Even if your son is a mathematical whiz kid, you can still beat him at Sudoku. Many people think that because it's a game with numbers that you need math or some special inborn skill to win consistently. You don't. Here are a couple tricks to help you beat your son at Sudoku with style.
Once you have taken stock of your empty spaces and homeless numbers and are properly overwhelmed, try a technique called slicing the puzzle. Here, you will look at a column or row of puzzles and place as many numbers as possible. In other words, you will be trying to place all the 1s before you move on to the 2s, etc. You don't necessarily need to start with 1, but many people do just because they feel more organized.
When you do this, only use a pencil to lightly write the number. If one doesn't fit you will be able to erase it without anyone noticing, and that's key--if they didn't notice you, you didn't do it. Once you have all your numbers in, start checking and correcting. Some people swear by this method and some swear at it, so try it out a few times before you use it.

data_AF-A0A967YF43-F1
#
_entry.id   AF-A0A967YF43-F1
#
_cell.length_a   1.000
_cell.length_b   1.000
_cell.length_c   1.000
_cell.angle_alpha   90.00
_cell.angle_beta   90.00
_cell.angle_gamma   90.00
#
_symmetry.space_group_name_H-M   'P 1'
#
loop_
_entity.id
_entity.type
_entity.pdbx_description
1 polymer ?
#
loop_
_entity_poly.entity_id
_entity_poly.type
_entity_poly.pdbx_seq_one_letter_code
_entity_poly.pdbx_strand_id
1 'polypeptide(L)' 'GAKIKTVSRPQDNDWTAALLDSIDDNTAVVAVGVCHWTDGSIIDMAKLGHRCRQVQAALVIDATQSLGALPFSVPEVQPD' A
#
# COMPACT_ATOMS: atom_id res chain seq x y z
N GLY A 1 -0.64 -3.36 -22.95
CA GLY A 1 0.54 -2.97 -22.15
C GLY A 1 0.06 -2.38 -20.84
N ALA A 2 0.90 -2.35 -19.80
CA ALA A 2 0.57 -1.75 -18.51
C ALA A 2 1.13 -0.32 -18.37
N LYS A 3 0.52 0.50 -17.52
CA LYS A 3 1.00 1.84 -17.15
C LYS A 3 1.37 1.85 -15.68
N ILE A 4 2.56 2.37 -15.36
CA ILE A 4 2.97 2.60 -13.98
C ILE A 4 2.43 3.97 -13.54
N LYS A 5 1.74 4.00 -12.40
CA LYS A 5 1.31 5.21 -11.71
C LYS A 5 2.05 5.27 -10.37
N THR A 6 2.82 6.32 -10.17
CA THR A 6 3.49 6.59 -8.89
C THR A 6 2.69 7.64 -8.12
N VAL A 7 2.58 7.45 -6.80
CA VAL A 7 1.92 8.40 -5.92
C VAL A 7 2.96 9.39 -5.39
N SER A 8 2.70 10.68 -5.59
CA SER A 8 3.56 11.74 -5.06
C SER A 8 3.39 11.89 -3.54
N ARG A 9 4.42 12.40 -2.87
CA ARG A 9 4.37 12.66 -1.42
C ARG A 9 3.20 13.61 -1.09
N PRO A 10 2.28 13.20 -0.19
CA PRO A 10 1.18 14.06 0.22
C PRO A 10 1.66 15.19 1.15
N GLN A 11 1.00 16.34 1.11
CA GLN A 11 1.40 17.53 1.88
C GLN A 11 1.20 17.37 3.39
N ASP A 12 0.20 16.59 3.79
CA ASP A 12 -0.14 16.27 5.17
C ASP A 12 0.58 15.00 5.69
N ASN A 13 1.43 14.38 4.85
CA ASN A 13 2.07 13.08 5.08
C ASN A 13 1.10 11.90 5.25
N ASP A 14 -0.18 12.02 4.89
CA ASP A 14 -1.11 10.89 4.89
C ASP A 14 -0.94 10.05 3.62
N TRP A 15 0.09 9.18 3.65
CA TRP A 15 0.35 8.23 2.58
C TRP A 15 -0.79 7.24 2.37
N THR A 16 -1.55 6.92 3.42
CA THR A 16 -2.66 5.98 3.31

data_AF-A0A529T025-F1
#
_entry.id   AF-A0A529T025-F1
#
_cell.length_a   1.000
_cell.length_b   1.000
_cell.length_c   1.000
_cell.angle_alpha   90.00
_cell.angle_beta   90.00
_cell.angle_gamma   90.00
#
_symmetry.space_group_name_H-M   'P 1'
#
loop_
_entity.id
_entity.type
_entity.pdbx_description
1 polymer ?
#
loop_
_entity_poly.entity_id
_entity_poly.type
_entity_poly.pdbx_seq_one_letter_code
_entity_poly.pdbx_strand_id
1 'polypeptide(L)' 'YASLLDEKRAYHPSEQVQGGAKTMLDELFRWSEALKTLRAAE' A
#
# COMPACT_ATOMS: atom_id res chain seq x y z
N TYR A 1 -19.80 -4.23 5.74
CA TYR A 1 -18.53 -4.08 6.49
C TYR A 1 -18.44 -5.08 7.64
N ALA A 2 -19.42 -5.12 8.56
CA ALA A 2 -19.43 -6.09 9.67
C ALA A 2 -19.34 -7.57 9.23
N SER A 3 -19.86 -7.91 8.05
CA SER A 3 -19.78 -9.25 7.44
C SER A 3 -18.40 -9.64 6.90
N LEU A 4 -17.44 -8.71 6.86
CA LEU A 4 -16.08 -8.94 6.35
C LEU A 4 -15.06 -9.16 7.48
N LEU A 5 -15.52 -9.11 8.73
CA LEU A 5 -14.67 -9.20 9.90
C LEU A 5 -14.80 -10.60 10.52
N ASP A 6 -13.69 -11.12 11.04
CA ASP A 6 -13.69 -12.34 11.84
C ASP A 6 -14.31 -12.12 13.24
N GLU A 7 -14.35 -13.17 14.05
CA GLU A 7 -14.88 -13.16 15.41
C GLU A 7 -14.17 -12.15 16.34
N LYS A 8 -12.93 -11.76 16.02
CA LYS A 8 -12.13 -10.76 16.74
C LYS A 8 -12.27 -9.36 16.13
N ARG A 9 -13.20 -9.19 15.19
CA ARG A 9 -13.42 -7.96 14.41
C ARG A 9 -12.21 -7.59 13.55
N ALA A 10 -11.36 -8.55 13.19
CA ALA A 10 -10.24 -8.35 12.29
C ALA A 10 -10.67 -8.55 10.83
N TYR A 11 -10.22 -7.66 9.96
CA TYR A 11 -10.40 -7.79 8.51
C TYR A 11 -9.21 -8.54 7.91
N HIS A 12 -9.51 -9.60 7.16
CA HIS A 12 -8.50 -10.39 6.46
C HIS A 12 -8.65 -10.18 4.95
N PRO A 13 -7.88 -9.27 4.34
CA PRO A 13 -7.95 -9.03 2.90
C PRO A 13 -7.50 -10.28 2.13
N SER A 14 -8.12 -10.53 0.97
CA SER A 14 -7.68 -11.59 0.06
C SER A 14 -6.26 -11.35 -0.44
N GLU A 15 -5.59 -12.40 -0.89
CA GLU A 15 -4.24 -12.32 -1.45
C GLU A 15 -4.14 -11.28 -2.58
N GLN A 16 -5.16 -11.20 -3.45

Remember that this is a short article on beating your son at Sudoku with style. Now this doesn't mean to add flourishes to the curly parts of your 2s. It means, "Do what you gotta do to win!" So here are some style suggestions:
The, "Wow!" method is a favorite of parents worldwide. It involves locating something novel that is age-appropriate--such as a nice, new yellow toy dump truck for young boys, maybe a girl in a skirt for the older ones--and pointing to it with a "Wow!" The attention they give the truck/skirt/whatever will give you a few seconds lead-time.
The second favorite is the cookie method. This actually works for any type of sugary treats. What you do is purchase plenty of these ahead of time (or if you really want to make in impact, bake them), and set them on the table where you will hold the contest. Then tell him, "Remember not to touch the snacks--they are for a little get together later." Then put him right in front of them. For added impact, offer him a glass of milk to go with the treats he can't have.